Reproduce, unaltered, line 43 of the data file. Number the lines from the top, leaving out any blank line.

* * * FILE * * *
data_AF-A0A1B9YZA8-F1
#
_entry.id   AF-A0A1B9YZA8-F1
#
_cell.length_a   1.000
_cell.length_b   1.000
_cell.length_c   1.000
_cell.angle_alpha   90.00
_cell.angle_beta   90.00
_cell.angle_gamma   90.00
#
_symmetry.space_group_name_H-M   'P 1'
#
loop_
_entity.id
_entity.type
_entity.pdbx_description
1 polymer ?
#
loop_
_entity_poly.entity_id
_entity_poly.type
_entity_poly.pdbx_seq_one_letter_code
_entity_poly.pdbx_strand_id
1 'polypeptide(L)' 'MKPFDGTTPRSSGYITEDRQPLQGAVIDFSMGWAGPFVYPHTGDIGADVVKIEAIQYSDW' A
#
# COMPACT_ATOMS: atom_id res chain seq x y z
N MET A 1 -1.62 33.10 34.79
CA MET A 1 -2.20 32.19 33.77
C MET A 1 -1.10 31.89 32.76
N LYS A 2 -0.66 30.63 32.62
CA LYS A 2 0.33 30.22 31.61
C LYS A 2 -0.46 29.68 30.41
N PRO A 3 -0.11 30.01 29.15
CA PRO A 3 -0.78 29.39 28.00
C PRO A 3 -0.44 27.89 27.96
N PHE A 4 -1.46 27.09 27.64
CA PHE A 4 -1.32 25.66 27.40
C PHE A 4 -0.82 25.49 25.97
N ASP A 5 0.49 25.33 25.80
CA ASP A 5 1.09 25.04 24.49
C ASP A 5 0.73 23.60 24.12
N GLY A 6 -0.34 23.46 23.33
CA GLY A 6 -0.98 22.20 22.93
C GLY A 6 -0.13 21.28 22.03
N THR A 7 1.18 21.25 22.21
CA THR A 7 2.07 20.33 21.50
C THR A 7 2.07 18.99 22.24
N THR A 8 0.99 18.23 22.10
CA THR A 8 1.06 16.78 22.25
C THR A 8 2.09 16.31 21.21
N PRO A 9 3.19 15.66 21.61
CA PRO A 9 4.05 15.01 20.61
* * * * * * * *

N GLY A 6 -0.34 23.46 23.33